Micebook.com. Yes, that is its name, and for those of you snickering about it, MICE stands for Meetings, Incentives, Conventions and Events. At least that is what I think it stands for since everyone seems to have a different answer for the C and E… but close enough for jazz.
The site is positioned as a “Supplier Relationship Management” tool (SRM). Now when someone says SRM you can nod like you know what they are talking about in the same way I nod when someone says CRM and I have no idea what they are talking about. The good news is this is a tool to manage the supply base, except Micebook keeps the contact details up to date for everyone. And the site is FREE to Meeting Planners.
Event planners can use MICEBOOK to search for CVBs, hotels, venues, DMCs, airlines, representation companies and an ever-growing database of other Meeting, Incentive, Conference and Exposition suppliers. At the moment there are about 4000 global suppliers. It keeps growing.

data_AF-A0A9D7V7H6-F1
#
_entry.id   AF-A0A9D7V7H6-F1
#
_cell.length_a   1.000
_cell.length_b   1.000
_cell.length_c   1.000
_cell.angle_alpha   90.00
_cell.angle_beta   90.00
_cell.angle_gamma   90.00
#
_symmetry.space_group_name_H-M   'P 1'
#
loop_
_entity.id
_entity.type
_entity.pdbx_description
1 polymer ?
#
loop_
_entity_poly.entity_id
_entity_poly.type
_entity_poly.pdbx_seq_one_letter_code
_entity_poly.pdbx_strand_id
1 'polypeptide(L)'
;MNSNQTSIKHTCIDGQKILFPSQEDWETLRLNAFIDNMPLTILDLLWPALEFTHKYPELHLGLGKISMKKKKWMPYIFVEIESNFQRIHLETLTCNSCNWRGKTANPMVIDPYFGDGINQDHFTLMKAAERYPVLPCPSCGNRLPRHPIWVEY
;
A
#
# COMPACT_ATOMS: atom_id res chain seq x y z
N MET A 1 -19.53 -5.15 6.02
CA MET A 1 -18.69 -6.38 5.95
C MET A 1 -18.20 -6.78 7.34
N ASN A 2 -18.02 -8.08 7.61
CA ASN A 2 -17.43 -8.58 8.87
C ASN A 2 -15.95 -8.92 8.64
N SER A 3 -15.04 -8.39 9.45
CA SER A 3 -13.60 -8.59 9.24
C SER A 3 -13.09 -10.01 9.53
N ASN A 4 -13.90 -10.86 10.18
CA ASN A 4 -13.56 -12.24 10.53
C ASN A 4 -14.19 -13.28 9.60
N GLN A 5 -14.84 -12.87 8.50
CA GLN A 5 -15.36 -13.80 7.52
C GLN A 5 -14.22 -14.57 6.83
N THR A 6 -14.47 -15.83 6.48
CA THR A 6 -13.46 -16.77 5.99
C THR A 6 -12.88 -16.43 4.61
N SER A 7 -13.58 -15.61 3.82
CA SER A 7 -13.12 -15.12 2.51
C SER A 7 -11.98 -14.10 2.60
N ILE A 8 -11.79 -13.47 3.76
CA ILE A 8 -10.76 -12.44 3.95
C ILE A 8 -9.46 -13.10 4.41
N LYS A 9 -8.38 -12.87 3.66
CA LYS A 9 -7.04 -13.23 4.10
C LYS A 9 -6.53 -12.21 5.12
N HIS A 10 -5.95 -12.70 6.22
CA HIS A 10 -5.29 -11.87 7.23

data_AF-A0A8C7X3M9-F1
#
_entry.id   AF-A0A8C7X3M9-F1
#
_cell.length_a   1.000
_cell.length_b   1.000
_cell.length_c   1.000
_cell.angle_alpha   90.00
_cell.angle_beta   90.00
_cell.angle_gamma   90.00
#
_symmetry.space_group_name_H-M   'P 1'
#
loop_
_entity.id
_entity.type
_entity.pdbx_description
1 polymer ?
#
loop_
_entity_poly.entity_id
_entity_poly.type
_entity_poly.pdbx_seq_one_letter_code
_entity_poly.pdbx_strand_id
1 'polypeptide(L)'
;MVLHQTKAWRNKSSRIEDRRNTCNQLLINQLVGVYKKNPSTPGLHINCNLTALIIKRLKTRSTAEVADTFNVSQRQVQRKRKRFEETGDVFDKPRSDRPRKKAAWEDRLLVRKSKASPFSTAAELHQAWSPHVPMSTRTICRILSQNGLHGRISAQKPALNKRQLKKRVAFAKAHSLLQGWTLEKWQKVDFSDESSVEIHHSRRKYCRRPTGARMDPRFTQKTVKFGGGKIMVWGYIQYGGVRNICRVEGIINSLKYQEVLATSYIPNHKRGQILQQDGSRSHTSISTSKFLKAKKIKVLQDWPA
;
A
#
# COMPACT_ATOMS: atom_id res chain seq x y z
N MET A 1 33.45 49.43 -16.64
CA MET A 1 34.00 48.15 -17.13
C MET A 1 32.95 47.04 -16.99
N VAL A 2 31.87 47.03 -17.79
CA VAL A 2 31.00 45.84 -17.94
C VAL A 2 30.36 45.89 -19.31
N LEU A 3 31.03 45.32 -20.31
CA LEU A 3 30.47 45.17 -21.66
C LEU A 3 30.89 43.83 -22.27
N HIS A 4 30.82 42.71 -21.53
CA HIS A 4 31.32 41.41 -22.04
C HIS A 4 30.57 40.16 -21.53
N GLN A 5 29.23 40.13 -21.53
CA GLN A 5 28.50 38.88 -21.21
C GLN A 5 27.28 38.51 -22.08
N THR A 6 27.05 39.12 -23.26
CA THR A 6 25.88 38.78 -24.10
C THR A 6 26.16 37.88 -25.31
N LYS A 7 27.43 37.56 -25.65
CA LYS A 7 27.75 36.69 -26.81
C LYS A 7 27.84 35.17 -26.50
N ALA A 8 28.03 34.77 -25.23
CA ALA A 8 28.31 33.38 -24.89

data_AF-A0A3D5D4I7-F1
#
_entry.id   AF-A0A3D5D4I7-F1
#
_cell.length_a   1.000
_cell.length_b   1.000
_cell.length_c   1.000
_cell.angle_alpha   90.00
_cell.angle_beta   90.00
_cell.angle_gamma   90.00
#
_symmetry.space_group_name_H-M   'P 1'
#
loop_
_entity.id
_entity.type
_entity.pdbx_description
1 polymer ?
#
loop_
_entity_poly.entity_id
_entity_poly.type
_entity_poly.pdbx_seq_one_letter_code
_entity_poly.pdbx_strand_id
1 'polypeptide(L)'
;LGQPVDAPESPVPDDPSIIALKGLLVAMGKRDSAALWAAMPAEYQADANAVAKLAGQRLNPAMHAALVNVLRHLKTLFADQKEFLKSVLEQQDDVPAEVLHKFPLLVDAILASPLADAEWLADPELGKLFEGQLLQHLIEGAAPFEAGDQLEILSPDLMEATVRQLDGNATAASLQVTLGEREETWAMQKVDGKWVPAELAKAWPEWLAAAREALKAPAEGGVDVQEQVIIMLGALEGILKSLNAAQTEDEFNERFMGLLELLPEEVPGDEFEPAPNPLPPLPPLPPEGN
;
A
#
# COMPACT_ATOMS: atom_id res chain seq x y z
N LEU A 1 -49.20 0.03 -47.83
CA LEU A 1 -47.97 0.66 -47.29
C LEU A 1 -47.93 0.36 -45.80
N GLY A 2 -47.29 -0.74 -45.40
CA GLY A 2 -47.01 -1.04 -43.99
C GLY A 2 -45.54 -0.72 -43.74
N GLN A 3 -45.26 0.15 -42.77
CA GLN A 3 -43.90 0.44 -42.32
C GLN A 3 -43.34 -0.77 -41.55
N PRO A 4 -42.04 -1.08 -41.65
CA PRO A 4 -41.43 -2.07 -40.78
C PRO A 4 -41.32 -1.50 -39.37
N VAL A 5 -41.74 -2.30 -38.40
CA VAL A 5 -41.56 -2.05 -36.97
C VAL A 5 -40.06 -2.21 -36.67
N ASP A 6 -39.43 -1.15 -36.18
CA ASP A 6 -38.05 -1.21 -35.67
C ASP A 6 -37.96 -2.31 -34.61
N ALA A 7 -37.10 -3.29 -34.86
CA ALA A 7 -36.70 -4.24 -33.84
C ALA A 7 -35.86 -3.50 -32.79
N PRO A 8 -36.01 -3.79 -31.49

I asked CEO Chetan Shah how positioning is determined when a planner does a broad search for a supplier in a particular destination. Do the highest paying vendors get the best positions? The answer… No. The order they appear is related to how many event planners have saved them as a “favourite” (and I spelled favorite with a “u” because the company is HQ’d in London and for some reason they put an extra “u” in for no apparent reason).
When I was in graduate school (impressed?), they made us read a small book called How to Lie with Statistics. Besides making me never trust anything anyone says, ever, it taught me how data can be skewed in just about any direction one wants. The point being, if you have a small sample of planners choosing favorites, the positioning near the top may not mean that they are the best supplier, only that the limited universe choosing favorites knows about them (or are their cousins).
At the moment there are only about 1000 planners registered (the site is new), but Mr. Shah says they expect that number to grow exponentially. Presumably the positioning of suppliers will change as more planners enter the system and will eventually become broad enough to eliminate the “relatives” factor.